Oral Answers to Questions — Nuclear Tests (Deformed Babies)

– in the House of Commons at 12:00 am on 13 December 1973.

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Photo of Mr Tam Dalyell Mr Tam Dalyell , West Lothian 12:00, 13 December 1973

asked the Prime Minister if he will make a statement on the inquiries he promised to undertake into the forecasts by Edinburgh geneticists of the number of babies likely to be born blind or deformed as a result of nuclear tests.

Photo of Mr Edward Heath Mr Edward Heath , Bexley

The forecasts made 10 years ago by a geneticist working in Edinburgh, on the evidence then available, are now regarded as having over-estimated the risk of genetic damage from fall-out radiation. A recent report by the United Nations Scientific Committee on the Effects of Atomic Radiation tentatively estimates that among the children of those exposed to fall-out, up to two in every million live births may suffer some degree of genetic abnormality, ranging from the slight to the serious.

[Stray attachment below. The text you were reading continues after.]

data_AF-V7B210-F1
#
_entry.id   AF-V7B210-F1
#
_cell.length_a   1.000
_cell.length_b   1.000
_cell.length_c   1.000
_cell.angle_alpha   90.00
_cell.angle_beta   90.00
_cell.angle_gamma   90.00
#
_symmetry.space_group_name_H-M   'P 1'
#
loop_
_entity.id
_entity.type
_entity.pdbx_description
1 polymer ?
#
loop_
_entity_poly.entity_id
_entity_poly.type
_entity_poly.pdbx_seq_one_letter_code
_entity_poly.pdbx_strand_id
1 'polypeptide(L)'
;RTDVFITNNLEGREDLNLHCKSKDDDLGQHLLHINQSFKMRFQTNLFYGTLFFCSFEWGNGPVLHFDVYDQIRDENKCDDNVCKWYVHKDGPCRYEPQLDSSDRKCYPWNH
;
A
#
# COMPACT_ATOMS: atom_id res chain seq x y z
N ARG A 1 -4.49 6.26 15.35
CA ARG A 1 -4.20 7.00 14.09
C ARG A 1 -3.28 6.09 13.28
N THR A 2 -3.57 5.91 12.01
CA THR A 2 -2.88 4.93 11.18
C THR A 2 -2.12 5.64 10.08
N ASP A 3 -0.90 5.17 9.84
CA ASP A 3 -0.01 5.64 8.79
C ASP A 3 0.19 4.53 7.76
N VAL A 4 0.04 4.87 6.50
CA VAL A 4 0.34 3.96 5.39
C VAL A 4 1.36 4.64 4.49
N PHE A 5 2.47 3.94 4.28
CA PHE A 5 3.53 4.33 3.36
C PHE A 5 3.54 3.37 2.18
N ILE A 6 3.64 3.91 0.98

Photo of Mr Tam Dalyell Mr Tam Dalyell , West Lothian

At a time when the good will and co-operation of the countries of the Pacific are more vital than ever, will the Prime Minister press on the French the result of his inquiries, showing that any level of radiation is at any rate a little dangerous, and ask them, as a matter of good will, to cancel the tests which they propose to carry out next year?

Photo of Mr Edward Heath Mr Edward Heath , Bexley

As I have repeatedly told the hon. Gentleman, the French Government are well aware of our views. But the United Nations committee has been commissioned to review the levels of atomic radiation in the light of the most recent documents available, of which the hon. Gentleman is fully aware, and we ourselves have a considerable amount of information from the Pacific, which is being analysed.